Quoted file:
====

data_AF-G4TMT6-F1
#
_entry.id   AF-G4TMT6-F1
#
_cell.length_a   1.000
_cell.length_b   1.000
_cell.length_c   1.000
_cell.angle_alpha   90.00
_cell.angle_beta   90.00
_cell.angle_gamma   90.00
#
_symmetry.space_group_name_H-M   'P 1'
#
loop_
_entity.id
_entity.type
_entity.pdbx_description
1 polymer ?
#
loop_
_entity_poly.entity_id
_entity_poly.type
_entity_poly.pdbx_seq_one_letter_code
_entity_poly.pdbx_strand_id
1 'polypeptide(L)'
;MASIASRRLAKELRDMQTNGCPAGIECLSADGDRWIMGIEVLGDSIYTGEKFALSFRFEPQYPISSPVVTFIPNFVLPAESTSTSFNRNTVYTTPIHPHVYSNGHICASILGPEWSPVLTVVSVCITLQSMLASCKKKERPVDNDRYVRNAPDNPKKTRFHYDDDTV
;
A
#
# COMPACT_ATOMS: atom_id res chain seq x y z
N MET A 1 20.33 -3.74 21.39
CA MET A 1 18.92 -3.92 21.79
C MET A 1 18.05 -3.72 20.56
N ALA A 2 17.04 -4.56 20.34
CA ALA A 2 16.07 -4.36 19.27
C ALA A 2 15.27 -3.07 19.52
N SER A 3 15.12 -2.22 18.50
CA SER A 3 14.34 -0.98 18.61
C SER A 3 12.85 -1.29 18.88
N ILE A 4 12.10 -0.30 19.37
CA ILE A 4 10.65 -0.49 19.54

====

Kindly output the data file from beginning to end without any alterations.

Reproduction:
data_AF-G4TMT6-F1
#
_entry.id   AF-G4TMT6-F1
#
_cell.length_a   1.000
_cell.length_b   1.000
_cell.length_c   1.000
_cell.angle_alpha   90.00
_cell.angle_beta   90.00
_cell.angle_gamma   90.00
#
_symmetry.space_group_name_H-M   'P 1'
#
loop_
_entity.id
_entity.type
_entity.pdbx_description
1 polymer ?
#
loop_
_entity_poly.entity_id
_entity_poly.type
_entity_poly.pdbx_seq_one_letter_code
_entity_poly.pdbx_strand_id
1 'polypeptide(L)'
;MASIASRRLAKELRDMQTNGCPAGIECLSADGDRWIMGIEVLGDSIYTGEKFALSFRFEPQYPISSPVVTFIPNFVLPAESTSTSFNRNTVYTTPIHPHVYSNGHICASILGPEWSPVLTVVSVCITLQSMLASCKKKERPVDNDRYVRNAPDNPKKTRFHYDDDTV
;
A
#
# COMPACT_ATOMS: atom_id res chain seq x y z
N MET A 1 20.33 -3.74 21.39
CA MET A 1 18.92 -3.92 21.79
C MET A 1 18.05 -3.72 20.56
N ALA A 2 17.04 -4.56 20.34
CA ALA A 2 16.07 -4.36 19.27
C ALA A 2 15.27 -3.07 19.52
N SER A 3 15.12 -2.22 18.50
CA SER A 3 14.34 -0.98 18.61
C SER A 3 12.85 -1.29 18.88
N ILE A 4 12.10 -0.30 19.37
CA ILE A 4 10.65 -0.49 19.54